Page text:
Prandtl–Meyer expansion fan - final flow tempreture
A supersonic expansion fan, technically known as Prandtl–Meyer expansion fan, is a centred expansion process that occurs when a supersonic flow turns around a convex corner. The fan consists of an infinite number of Mach waves, diverging from a sharp corner. When a flow turns around a smooth and circular corner, these waves can be extended backwards to meet at a point.
Each wave in the expansion fan turns the flow gradually (in small steps). It is physically impossible for the flow to turn through a single “shock” wave because this would violate the second law of thermodynamics.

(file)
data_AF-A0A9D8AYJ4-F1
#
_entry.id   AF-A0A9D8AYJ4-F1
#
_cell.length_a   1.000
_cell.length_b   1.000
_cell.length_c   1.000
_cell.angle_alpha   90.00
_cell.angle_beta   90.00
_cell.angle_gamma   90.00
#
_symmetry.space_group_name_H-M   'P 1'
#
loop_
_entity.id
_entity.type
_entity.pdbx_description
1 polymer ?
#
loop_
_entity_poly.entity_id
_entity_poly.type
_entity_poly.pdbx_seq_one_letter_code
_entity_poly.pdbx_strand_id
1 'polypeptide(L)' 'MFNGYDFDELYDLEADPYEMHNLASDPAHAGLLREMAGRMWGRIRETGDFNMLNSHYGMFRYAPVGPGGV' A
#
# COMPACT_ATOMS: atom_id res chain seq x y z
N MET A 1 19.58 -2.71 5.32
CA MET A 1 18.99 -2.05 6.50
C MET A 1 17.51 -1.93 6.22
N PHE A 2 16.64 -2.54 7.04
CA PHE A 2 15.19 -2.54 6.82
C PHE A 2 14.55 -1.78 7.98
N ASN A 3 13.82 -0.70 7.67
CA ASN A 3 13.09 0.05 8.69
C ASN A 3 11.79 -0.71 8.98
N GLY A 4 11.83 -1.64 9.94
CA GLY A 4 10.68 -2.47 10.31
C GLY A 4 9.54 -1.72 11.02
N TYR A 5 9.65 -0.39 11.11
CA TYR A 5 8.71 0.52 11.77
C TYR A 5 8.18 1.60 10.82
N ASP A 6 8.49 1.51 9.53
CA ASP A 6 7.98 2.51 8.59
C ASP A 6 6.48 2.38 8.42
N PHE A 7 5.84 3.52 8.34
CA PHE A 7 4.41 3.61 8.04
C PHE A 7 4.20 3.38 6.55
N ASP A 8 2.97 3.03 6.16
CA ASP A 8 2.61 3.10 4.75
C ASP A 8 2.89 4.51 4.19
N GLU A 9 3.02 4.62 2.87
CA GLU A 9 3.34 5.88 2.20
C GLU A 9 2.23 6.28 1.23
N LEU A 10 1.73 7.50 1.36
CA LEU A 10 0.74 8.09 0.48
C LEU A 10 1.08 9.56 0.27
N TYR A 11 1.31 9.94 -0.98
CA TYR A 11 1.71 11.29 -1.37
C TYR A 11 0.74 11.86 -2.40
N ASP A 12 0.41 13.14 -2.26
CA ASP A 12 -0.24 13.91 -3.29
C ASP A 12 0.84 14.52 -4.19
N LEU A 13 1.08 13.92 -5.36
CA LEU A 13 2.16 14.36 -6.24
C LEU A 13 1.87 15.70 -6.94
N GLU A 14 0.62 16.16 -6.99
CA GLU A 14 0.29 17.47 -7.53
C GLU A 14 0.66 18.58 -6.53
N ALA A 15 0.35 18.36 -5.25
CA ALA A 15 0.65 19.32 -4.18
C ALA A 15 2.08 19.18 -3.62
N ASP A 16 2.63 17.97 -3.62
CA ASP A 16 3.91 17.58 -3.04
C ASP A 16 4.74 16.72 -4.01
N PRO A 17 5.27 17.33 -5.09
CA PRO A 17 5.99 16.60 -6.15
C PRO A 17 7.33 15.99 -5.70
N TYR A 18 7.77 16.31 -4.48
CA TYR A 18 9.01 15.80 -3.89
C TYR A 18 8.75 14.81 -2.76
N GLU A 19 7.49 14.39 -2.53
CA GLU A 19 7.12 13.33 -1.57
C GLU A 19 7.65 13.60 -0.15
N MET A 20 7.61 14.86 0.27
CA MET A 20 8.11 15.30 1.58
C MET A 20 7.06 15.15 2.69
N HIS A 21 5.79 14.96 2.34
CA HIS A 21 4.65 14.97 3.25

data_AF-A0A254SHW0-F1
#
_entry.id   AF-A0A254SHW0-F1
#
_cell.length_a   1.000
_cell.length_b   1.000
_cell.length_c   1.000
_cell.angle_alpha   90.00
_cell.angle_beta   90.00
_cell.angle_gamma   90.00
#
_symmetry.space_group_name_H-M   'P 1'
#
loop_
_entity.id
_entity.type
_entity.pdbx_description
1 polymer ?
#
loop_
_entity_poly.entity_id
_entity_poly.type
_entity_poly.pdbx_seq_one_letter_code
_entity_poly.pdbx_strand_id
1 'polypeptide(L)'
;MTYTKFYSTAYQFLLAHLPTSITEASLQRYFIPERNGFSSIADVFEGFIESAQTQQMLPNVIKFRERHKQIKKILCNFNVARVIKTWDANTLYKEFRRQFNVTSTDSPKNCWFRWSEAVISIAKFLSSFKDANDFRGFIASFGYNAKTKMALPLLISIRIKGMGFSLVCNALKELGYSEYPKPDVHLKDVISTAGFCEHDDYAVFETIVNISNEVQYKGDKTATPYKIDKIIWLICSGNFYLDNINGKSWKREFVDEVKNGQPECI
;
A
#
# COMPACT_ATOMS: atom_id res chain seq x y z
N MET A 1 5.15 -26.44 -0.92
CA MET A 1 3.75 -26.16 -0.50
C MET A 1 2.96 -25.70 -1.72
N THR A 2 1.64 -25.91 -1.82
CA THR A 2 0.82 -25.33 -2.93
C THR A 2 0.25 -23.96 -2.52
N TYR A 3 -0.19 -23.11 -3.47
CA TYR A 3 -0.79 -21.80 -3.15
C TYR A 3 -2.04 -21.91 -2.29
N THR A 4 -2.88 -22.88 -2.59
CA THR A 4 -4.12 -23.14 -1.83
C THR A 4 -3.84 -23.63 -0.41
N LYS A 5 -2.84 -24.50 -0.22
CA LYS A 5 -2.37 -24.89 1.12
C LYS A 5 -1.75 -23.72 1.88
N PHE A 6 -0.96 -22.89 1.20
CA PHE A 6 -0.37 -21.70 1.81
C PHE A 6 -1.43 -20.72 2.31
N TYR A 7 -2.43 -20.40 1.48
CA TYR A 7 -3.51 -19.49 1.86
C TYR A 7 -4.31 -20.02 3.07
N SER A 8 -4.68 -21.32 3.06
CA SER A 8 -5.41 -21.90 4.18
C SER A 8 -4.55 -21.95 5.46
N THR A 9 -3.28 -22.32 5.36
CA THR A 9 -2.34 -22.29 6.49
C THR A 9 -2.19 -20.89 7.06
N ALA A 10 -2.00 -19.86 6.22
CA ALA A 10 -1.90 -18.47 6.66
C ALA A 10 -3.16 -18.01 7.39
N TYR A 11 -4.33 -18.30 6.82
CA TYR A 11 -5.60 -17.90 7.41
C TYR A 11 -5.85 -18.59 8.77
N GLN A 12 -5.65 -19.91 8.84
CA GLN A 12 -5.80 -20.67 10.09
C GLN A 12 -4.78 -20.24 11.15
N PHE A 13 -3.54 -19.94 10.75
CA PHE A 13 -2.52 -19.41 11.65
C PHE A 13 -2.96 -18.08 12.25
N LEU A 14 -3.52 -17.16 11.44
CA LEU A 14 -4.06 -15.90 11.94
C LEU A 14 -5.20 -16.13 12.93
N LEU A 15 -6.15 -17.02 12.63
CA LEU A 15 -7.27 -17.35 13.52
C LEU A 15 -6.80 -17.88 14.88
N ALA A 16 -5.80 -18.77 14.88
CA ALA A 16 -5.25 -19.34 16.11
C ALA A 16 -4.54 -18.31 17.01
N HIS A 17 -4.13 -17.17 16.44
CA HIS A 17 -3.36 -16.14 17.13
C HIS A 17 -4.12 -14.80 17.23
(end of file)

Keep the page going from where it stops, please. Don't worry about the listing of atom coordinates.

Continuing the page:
Since the flow turns in small angles and the changes across each expansion wave are small, the whole process is isentropic. This simplifies the calculations of the flow properties significantly. Since the flow is isentropic, the stagnation properties like stagnation pressure P0, stagnation temperature T0 and stagnation density rho0 remain constant. The final static properties are a function of the final flow Mach number M2 and can be related to the initial flow conditions as shown for the temperatureRelated formulas
|T2||final flow temperature (K)|
|T1||initial flow temperature (K)|
|γ||ratio of specific heat capacities (dimensionless)|
|M1||initial flow Mach number (dimensionless)|
|M2||final flow Mach number (dimensionless)|